The concept of digital twins is neither new nor lacking successful real-world use cases. NASA has been creating digital models of physical systems for decades to enable simulations, diagnostics, and predictions for space missions. A digital twin allows us to monitor a physical entity in real-time during its operation to support better outcomes and, in relevant cases, optimize performance.
Towards a National Digital Twin
In the context of the built environment, these digital models enable us to learn from data to improve how buildings and infrastructure are planned, managed, and maintained. The digital and physical assets are connected via securely shared data, and this bi-directional flow of information allows us to create responsive structures that use less energy, and perform better over their lifetime.
With the growing adoption of the Internet of Things and 5G, the prospect of a National Digital Twin (NDT) seems increasingly viable. As the Centre for Digital Built Britain (CDBB) asserts, “creating an eco-system of connected digital twins — a national digital twin — opens the opportunity to release even greater value, using data for the public good.”
An NDT would provide a digital model of a nation’s infrastructure network made up of a federation of connected digital twin models across sectors, including transport, energy, water, and telecommunications.
Leveraging Data for Good
In 2017, National Infrastructure Commission (NIC) in the UK published a report, ‘Data for the public good’, which highlighted the need for a comprehensive national program to create standards for the best possible use of data in the built environment. In response to this, the Digital Framework Task Group, part of the CDBB, developed the Information Management Framework, which included guiding values — the Gemini Principles.
Most stakeholders in the built environment already collect significant amounts of data; however, we have not yet optimized how this data is collected, assessed, and managed. The framework seeks to establish a foundation to support effective information management across the built environment and enable secure and resilient interoperability of data — all of which are critical to the successful delivery of an NDT.
Simply put, the insights generated from a digital twin are used to make decisions in the real world, so an emphasis on establishing a strong digital infrastructure to guarantee that the right information reaches the right hands will ensure resilience.
A New Way of Thinking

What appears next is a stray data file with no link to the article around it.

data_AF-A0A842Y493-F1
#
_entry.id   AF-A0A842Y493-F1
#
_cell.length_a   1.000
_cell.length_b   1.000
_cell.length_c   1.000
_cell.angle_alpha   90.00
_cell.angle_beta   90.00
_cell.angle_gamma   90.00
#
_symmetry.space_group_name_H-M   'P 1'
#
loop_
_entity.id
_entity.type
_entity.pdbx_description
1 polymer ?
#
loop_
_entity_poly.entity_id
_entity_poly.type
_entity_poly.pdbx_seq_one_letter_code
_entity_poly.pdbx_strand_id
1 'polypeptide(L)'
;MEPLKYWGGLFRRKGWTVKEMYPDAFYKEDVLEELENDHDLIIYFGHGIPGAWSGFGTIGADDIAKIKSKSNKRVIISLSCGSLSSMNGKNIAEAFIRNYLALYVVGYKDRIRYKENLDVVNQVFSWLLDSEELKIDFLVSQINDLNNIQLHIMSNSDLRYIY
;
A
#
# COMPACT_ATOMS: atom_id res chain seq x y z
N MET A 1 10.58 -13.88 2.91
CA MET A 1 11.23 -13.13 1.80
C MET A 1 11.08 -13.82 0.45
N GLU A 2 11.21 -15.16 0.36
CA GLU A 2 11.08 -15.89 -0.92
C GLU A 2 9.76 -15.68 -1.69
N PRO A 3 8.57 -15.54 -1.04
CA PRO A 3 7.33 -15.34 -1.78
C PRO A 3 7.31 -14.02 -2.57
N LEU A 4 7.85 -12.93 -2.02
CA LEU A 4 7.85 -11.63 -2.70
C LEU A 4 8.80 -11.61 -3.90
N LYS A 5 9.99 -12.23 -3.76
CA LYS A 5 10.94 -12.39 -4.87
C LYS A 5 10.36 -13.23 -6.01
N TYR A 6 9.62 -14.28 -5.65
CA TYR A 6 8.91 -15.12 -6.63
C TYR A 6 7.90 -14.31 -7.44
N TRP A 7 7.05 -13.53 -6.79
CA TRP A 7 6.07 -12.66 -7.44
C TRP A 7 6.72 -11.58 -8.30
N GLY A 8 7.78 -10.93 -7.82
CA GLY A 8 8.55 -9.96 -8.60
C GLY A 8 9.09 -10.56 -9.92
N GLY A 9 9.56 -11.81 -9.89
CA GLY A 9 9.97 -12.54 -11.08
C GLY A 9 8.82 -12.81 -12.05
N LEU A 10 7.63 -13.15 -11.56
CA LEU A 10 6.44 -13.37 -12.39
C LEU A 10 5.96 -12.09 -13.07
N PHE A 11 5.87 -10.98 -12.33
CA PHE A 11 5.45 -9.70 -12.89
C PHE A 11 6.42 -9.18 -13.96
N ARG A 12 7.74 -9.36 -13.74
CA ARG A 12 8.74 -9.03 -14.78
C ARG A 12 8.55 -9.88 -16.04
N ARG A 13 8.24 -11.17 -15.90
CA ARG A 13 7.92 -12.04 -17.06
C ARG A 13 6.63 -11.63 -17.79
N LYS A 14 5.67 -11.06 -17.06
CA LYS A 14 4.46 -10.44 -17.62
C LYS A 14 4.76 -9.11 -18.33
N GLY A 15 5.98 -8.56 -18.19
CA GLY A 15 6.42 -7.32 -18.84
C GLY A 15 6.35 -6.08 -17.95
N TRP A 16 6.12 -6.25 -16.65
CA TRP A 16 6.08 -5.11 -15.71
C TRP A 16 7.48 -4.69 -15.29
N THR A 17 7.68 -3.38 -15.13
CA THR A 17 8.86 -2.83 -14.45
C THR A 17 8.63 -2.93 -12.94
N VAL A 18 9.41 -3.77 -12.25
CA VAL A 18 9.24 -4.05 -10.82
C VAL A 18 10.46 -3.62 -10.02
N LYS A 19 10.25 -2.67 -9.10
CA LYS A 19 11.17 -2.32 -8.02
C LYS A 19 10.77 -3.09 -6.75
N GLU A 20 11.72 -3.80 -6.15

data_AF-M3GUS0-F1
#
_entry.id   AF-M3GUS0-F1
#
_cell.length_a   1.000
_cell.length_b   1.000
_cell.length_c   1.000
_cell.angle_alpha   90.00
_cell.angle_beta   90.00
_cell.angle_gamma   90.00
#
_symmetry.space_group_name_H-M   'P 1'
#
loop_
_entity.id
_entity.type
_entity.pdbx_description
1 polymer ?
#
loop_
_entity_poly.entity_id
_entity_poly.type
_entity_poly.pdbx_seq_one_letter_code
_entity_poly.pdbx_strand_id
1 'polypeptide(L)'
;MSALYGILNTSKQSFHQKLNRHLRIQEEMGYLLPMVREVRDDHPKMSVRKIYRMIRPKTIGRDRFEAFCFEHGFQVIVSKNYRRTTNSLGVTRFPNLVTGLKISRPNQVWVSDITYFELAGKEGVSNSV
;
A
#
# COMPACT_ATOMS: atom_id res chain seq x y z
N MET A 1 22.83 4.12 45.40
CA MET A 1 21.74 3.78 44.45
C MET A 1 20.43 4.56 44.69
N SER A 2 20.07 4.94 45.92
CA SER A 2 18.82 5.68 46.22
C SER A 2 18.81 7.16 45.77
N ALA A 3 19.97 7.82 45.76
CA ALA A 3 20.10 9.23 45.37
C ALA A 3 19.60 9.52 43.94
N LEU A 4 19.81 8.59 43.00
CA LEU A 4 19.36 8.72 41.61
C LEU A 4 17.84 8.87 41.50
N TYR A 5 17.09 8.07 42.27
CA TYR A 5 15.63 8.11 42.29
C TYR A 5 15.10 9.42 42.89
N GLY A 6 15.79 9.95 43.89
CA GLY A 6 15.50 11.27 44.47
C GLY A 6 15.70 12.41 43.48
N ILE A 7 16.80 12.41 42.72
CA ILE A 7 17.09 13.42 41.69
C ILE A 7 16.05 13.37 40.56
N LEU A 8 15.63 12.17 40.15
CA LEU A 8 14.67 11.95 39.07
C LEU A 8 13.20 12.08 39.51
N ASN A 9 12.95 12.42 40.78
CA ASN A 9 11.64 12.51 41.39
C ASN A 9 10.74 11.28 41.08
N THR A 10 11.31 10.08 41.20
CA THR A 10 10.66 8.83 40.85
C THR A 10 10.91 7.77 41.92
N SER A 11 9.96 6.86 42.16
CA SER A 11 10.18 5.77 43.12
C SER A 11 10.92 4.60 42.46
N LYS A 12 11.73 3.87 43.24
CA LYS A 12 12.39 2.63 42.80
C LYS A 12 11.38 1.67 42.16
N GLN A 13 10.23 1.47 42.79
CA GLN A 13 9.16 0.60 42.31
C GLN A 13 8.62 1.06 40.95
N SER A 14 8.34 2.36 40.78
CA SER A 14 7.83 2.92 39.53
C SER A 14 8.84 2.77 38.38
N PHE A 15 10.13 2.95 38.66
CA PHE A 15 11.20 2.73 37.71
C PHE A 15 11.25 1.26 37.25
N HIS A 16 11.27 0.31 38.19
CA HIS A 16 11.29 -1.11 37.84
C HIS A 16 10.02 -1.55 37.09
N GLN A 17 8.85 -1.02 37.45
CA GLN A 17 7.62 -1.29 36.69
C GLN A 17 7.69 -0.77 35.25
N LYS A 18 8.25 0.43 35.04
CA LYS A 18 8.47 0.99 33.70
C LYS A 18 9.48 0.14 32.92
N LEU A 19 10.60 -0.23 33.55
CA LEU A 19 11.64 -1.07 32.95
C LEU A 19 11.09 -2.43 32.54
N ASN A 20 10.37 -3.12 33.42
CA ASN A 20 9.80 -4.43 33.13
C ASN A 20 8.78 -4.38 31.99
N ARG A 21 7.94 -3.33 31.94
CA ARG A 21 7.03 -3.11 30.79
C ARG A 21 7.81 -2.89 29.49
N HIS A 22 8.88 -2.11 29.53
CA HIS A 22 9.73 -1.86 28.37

The main barriers to the development of an NDT are humans rather than technology. We’ve only begun to fully comprehend what is achievable when the value of data in the built environment is unlocked. A cultural shift is necessary for stakeholders to start treating information as an asset — that is, recognizing its value and correctly managing it through its lifecycle.
As Mark Enzer, Chair of the Digital Framework Task Group, explains “it makes us see infrastructure as a system of systems...This perspective drives us to focus on the whole lifecycle of assets, not just their initial delivery.” An NDT unlocks value during the operational phase by enabling better decisions at the project, asset, network, and system level. As it becomes more diverse and interconnected over time, the more value that it will deliver and this benefit span the economy, society, business, and the environment.
As per the Gemini Principles, an NDT "must be used to deliver public good in perpetuity." In this regard, it is a national resource and, as such, its purpose should start with the needs of the end-user (the public) and should help to deliver inclusive social outcomes.
An NDT will only work if there is a corpus of functioning digital twins that can be connected to form an ecosystem. Fortunately, we are moving towards a new collective understanding that, to borrow from Mark Enzer, technology is an “enabler of something more important and longer-lasting — an information value chain that delivers better social, economic and environmental outcomes in the UK.”
As stated by the CDBB, “the catalyst for the development of digital twins is people working hard to make digital twins work for us all. It will be a collaboration between research institutions, universities, and the private sector which will accelerate our progress towards the National Digital Twin.” Ultimately, the move towards an NDT in the UK has already begun — it is a question of when, not if.